This is a Sherlock Holmes knock-off without Sherlock or any of his better traits. The main character here is Charles Lenox, who is far more sluggish than Sherlock Holmes, and has no close confidante with whom to share his speculations. Indeed, speculation is all he seems to have, because although he notices clues and picks up on things others do not, he also fails to make much progress, plunging this novel into the doldrums in the middle third. He has several suspects, but we're never really given any information as to why he suspects them - or if we were, I missed it somehow. He seems to have selected them on basis of opportunity alone, with the two slices of bread in this MOM sandwich - means and motive, not in play at all. Hence he spends too long sitting around speculating, and very little time searching for further clues, or pursuing other inquiries. It quickly became tedious to read.
He also has no killer instinct. At one point he's questioning a suspect who has a burn mark on his arm, yet he fails to ask him about it - supposedly, we're told, because he feels the man will not answer truthfully. He resolves to ask him later, but offers no reason - other than, it seems, the author's desire to withhold clues from the reader - as to why he might be more truthful later when he's more confident of getting away with whatever deception he has going, than he was then. His pursuit of enquiries with other suspects and knowledgeable individuals seems lackluster and half-hearted. The comparison with Holmes matches on pretty much all fronts except for the most important ones: he's tall, he's thin, he smokes, he's of independent means, he loves solving crimes, and he has a smart brother, but practically, he's not a patch on Holmes and nowhere near as interesting, but every bit as fristrating.
I got the impression that this was taking place in January. Although no date was specified, there was frequent mention of cold and snow, and no mention of approaching Christmas, yet when it came to sunset, it was noted that it was approaching at five pm, whereas in London in January, sunset is at 4pm in the early part of the month, increasing towards five pm, but never quite getting there as the month drifts by. With smog and overcast, snowy weather, the sunset wouldn't change of course, but it would grow darker earlier. It could have been February, of course, but it was a little odd to have no idea of when it was other than the year.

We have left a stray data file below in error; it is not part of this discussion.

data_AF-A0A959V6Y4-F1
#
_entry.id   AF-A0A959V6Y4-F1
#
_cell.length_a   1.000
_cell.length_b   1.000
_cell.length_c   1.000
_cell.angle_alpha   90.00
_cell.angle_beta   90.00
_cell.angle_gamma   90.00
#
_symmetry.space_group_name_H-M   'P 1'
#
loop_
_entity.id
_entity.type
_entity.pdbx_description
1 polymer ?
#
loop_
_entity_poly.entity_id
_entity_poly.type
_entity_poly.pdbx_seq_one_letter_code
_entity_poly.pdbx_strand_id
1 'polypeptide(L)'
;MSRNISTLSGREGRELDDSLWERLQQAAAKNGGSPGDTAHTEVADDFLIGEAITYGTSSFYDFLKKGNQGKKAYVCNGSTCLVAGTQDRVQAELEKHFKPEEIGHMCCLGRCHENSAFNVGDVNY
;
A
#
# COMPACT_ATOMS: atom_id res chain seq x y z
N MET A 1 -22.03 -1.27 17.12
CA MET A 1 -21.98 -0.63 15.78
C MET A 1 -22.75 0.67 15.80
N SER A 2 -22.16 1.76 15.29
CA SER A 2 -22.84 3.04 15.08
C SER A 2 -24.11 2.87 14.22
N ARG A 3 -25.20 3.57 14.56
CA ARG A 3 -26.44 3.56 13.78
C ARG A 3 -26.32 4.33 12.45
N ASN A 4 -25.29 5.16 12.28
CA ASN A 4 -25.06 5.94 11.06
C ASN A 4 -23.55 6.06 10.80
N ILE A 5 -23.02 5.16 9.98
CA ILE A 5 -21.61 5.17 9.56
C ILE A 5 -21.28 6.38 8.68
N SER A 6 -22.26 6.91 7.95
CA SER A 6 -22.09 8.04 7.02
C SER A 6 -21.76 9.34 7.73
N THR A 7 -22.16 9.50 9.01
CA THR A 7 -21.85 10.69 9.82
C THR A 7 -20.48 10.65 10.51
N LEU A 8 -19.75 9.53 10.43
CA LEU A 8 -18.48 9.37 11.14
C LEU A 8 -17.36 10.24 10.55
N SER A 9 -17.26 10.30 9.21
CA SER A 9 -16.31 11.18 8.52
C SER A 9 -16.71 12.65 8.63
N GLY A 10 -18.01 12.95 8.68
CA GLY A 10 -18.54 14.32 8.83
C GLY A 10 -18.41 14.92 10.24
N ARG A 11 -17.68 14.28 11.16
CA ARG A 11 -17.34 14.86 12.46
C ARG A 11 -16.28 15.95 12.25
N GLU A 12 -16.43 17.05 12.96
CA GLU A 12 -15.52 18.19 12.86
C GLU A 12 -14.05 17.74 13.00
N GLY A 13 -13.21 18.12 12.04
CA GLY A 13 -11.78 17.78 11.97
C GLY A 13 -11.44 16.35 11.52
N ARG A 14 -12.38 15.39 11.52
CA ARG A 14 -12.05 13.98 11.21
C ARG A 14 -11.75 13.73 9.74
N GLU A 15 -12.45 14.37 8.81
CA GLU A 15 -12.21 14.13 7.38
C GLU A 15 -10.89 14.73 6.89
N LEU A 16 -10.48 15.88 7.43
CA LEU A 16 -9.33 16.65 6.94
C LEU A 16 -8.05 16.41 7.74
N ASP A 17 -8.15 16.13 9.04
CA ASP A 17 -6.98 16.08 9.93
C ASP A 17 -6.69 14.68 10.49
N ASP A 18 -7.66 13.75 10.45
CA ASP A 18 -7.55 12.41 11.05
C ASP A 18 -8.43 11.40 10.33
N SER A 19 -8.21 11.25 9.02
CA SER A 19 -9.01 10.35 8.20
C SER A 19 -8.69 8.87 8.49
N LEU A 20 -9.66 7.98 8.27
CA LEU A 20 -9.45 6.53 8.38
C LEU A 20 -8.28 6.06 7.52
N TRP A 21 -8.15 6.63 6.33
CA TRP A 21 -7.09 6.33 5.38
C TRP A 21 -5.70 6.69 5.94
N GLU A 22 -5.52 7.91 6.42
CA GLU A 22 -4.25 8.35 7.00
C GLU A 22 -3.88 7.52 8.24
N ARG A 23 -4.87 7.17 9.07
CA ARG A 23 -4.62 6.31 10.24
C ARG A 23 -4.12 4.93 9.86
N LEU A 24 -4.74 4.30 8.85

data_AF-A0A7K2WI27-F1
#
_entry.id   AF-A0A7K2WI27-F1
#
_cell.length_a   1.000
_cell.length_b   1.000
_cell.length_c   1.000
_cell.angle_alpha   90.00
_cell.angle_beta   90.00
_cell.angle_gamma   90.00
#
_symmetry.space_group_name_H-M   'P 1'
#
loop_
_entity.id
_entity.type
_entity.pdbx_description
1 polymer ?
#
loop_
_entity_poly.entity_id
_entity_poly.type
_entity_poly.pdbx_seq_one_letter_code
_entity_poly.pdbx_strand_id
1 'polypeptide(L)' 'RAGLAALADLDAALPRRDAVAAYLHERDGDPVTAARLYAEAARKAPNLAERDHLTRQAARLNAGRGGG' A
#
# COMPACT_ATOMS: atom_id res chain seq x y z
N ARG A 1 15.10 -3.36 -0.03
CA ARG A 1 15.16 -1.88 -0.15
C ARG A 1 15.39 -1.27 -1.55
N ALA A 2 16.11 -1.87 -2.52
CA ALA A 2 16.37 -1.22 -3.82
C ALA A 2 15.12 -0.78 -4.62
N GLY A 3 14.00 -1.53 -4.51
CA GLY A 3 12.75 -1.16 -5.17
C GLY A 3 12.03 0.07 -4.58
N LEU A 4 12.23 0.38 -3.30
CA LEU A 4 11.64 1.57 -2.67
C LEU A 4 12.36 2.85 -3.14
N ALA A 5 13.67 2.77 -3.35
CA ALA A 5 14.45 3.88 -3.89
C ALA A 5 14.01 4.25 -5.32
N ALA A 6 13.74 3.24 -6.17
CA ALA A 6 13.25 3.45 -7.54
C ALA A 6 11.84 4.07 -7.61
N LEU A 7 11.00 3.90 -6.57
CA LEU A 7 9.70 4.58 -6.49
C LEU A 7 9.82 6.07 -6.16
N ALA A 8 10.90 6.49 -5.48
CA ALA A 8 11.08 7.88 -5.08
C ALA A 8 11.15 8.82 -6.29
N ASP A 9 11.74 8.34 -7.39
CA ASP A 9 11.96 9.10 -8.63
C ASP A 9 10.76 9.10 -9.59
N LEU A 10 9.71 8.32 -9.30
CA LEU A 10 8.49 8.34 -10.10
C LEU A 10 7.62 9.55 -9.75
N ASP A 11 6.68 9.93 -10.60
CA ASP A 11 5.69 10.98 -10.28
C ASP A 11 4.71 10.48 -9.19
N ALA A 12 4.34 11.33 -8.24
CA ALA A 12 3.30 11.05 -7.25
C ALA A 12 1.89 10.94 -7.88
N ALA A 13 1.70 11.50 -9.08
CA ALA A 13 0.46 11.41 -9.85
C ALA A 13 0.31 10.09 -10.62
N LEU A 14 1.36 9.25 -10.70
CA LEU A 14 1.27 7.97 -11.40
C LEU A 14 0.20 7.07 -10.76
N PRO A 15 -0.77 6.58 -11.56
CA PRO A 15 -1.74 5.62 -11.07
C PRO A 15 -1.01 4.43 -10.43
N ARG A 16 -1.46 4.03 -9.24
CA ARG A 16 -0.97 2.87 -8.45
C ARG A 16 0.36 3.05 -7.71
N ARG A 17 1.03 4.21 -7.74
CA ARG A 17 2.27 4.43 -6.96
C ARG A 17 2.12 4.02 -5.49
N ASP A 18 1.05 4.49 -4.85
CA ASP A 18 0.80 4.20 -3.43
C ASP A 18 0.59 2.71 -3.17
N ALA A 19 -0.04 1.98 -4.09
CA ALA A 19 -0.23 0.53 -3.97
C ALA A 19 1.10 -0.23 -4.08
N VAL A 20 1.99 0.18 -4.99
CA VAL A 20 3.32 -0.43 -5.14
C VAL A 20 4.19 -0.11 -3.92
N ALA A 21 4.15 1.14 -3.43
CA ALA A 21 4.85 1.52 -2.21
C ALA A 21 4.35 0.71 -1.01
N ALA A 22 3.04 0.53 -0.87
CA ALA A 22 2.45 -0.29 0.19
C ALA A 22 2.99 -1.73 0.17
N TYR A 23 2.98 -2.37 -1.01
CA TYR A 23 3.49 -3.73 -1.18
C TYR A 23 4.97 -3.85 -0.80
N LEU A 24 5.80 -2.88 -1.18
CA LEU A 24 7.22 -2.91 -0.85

There was a problem with the timing at the end of chapter 31 as compared with the start of chapter 32. In 31, we're told that dinner lasted two hours and then, according to the text, dancing began almost immediately - at least, there is no indication that any significant time passed, much less a whole hour, but in 32, we're told that the ball commenced an hour after dinner. Maybe the events in the penultimate paragraph of 31 occupied an hour, but it didn't feel like it. It's no big deal, but it does jar in a novel where readers are predisposed to look for anomalies!
After a second death, Lenox helps to obliterate all the evidence by moving the body! How irresponsible is that? Yes, I get that crime scenes were not considered inviolable as they rightfully are now, but to have Lenox do this - indeed, instigate it - makes him look like an idiot. He has no right to interfere with police business like this. It makes him look like a meddlesome busybody which isn't something you want to do to your hero in a novel like this.
It was at this point, slightly over two-thirds the way into this story, that I quit reading it. I had been slowly losing interest for the previous third, and this was the final straw that made me decide I could be reading something more engaging and more fulfilling. Life is too short to spend it reading something that doesn't wholly engross you. By this point I had no interest in any of the characters, and no interest whatsoever in whodunnit.
I cannot recommend this unless you're into really slow novels that take forever to get to the point.